Work with world-class athletes, and striving to be the best often rubs off. So when Athletes' Performance unveiled plans last year to expand its business of training professional athletes and open a nationwide chain of upscale gyms to the public, the company looked for a recruiting major leaguer to head up hiring.
The privately held Norwell, Massachusetts, company found the pro it sought in John Leech, the former head of talent management at FedEx. The company's plan, which so far hasn't been altered by a shaky economy, calls for Leech to hire 5,000 people to work in 125 fitness centers expected to open by 2013. To do it, Leech picked the equivalent of his own all-star lineup in the form of a Web-based talent management system that can grow along with the company's staff.
Athletes' Performance is one of an increasing number of midsize companies using talent management suites to manage pre- and post-hiring HR functions. Midsize companies represent the fastest-growing market for human resource management software, in many cases because they're automating processes for the first time.
Since many midsize companies like Athletes' Performance are starting from scratch, they're more likely to opt for economical, software-as-a-service applications instead of more expensive server-based software that many large enterprises now find themselves stuck with, say recruiting industry observers. Some are using talent management suites as full-blown HRIS platforms, handling everything from applicant tracking to performance reviews to exit interviews.
To kick off its expansion, Athletes' Performance opened its first Core Performance high-end gym in Santa Monica, California, in October. The fitness center features the same high-tech equipment that company founder Michael Verstegen developed to train pro athletes when he started the business in 1999.
Leech, who joined the business in July, started recruiting employees in December for fitness centers the company plans to open in 2009. He is using the applicant tracking functions of talent management software from iCIMS for that and is also phasing in the company's other HRIS functions such as performance reviews, work streams and succession planning.
Having a single system do everything eliminates the awkward handoff that can happen when a company uses one program for recruiting and then turns the data over to a different HRIS system, according to Leech. Having one system is like a pro athlete who has the same agent throughout their career—it makes for better continuity, he says.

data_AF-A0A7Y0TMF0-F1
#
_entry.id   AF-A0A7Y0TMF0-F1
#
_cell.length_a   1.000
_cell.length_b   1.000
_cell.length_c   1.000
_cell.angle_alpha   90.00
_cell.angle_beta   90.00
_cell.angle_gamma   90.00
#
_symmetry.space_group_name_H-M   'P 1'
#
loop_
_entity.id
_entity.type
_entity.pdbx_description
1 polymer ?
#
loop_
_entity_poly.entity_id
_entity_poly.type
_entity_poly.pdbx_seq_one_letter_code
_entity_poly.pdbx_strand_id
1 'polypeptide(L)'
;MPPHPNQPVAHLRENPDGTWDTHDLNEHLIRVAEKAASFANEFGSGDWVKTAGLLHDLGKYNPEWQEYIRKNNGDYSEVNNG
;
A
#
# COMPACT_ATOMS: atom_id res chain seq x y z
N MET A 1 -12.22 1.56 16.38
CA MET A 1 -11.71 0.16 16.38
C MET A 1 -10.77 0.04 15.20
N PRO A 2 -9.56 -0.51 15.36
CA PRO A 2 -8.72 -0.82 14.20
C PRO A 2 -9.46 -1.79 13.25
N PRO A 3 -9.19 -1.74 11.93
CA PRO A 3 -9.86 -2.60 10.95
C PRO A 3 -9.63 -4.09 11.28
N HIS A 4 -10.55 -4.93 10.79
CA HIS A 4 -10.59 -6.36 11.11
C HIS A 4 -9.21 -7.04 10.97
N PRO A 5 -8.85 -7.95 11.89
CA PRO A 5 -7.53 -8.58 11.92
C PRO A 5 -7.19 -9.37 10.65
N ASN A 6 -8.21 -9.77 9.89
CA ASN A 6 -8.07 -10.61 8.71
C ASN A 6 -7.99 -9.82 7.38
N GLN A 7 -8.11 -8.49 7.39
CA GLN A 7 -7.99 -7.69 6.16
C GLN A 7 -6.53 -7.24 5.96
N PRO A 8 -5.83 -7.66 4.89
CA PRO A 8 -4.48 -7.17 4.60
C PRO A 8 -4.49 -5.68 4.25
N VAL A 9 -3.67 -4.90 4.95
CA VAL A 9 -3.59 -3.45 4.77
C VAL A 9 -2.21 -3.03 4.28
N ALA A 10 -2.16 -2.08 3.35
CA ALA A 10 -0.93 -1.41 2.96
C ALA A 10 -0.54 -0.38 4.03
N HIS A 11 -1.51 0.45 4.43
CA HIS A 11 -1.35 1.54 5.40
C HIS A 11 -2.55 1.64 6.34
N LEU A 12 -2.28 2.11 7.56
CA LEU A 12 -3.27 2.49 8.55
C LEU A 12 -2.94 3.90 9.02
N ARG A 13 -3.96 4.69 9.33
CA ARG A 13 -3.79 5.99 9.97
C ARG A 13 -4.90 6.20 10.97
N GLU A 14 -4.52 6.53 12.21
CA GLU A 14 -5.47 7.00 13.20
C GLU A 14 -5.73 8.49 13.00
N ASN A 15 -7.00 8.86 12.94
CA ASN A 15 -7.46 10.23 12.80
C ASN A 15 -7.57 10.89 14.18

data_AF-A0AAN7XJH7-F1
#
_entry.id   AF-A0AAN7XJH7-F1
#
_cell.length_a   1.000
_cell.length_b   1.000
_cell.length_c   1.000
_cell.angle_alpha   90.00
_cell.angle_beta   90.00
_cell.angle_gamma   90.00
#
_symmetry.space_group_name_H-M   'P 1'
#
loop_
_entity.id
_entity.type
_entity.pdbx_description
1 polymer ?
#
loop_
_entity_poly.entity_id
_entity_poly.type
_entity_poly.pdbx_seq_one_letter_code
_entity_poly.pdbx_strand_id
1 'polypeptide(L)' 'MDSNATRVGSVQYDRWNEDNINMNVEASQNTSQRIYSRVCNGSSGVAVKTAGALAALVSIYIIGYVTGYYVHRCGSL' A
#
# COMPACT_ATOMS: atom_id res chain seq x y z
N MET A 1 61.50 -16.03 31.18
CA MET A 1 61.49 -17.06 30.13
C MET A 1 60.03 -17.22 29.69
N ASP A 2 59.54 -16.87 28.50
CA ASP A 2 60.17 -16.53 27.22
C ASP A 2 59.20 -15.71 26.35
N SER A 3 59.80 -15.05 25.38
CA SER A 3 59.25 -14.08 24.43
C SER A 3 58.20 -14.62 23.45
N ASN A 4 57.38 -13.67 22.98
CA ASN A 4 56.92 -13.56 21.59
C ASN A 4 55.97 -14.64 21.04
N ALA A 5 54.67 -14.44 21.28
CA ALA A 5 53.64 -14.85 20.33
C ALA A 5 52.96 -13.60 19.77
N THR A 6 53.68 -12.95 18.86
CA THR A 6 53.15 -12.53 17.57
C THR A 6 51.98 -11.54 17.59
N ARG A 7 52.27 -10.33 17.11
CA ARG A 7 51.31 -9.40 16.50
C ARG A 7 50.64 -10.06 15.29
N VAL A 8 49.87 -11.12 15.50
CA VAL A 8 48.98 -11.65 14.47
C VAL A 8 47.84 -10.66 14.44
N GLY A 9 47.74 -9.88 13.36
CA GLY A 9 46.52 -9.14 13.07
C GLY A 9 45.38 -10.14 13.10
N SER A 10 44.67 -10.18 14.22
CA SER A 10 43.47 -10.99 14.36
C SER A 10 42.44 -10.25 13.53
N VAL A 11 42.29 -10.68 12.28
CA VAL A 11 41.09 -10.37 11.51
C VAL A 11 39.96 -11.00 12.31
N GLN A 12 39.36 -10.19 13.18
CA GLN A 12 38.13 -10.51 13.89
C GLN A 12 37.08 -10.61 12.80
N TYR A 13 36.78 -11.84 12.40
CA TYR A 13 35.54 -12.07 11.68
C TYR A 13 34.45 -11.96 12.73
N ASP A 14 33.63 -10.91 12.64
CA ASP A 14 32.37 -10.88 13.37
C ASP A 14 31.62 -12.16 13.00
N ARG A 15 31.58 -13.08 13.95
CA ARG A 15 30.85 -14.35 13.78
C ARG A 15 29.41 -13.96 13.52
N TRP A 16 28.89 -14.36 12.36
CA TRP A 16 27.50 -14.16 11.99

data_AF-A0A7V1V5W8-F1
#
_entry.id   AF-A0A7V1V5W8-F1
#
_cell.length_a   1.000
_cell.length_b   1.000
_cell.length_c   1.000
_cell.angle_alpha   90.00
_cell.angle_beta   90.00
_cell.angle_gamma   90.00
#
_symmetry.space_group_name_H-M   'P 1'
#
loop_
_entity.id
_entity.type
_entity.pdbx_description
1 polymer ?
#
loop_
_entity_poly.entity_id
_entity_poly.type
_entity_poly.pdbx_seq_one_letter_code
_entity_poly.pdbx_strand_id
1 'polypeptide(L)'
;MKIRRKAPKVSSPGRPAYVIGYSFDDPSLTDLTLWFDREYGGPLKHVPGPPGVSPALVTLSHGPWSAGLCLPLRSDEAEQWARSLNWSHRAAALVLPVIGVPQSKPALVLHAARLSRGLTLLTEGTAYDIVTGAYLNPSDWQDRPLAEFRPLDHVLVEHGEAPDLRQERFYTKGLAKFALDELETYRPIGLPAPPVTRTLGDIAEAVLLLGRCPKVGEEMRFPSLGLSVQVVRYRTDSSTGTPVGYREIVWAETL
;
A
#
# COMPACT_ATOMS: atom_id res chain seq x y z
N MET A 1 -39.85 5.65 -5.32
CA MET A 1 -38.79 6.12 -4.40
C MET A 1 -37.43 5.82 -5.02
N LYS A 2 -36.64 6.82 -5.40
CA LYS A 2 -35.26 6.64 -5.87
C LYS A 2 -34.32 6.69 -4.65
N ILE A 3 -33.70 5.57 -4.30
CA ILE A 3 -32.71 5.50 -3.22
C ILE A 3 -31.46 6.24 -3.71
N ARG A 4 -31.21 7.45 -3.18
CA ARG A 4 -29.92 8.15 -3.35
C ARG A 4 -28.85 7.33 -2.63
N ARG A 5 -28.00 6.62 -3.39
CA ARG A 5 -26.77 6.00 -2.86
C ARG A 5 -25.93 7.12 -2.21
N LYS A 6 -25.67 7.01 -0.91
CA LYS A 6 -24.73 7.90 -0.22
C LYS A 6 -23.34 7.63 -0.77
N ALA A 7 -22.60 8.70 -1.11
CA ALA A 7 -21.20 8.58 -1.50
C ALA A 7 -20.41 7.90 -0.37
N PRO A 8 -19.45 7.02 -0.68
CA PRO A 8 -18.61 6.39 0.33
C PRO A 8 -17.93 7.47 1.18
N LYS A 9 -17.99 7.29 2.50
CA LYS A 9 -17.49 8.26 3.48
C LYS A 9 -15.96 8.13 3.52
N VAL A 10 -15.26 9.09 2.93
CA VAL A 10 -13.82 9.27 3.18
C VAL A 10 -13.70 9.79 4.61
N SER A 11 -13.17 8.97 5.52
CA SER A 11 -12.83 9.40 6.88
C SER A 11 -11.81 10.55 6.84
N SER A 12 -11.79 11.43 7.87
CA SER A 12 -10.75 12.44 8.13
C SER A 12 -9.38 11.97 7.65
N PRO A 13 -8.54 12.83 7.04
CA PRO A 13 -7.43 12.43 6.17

Leech could have chosen talent management software from any of a dozen or more vendors targeting midmarket businesses. But he knew iCIMS from his days at FedEx, which he joined in 2003 when the $37 billion delivery giant was looking to revamp hiring practices for its 290,000 employees to comply with new regulations governing federal contractors.
Leech initially used iCIMS, which also counts Liz Claiborne, Re/Max and Enterprise Rent-A-Car among its clients, in an applicant tracking pilot project in FedEx's IT and operations department before rolling it out companywide. By the time he left last summer, the applicant tracking system had helped reduce the time it took to fill jobs by 10 days—and in certain areas, 30 days, Leech says.
FedEx was the biggest company iCIMS had worked with until then and proved the company's platform could handle an enterprise-level customer, according to CEO Colin Day. Athletes' Performance is another milestone client for the privately held New Jersey vendor, becoming the first to use its entire talent management suite as a de facto HRIS platform, a feat that Day hopes will persuade more customers to follow suit.
Growing midtier companies like Athletes' Performance are hot properties, Day says. Talent management vendors like Taleo, SuccessFactors and Kenexa are in a dogfight for Fortune 500 customers, but that market is tapped out and there are exponentially more midsize companies in the country, he says.
"The midmarket is exciting not only because of the volume but because of those companies' ability to move" faster than larger enterprises when it comes to implementing new technology, Day says. "They can get arguably better technology at pennies on the price."
Athletes' Performance's talent management software is tied into an online career center that went live in late October Potential employees can use the Web site to search openings, apply for jobs or set up alerts to be notified when positions they're interested in are available. In 2009, Leech expects to have videos on the site that show what jobs are like.
The retention rate for the 150 people who currently work at Athletes' Performance is already "through the roof," and adding things like the online career center and integrated talent management system should keep it that way as the company opens its new division, Leech says. He declined to disclose what the company is spending on those efforts except to say the Web site is being developed internally and iCIMS software, which is sold on a per-user basis, provides a strong return on investment for companies that use all of its features.
"Many organizations don't understand the full potential of talent management. If you're just using it to post jobs, it would be expensive," he says.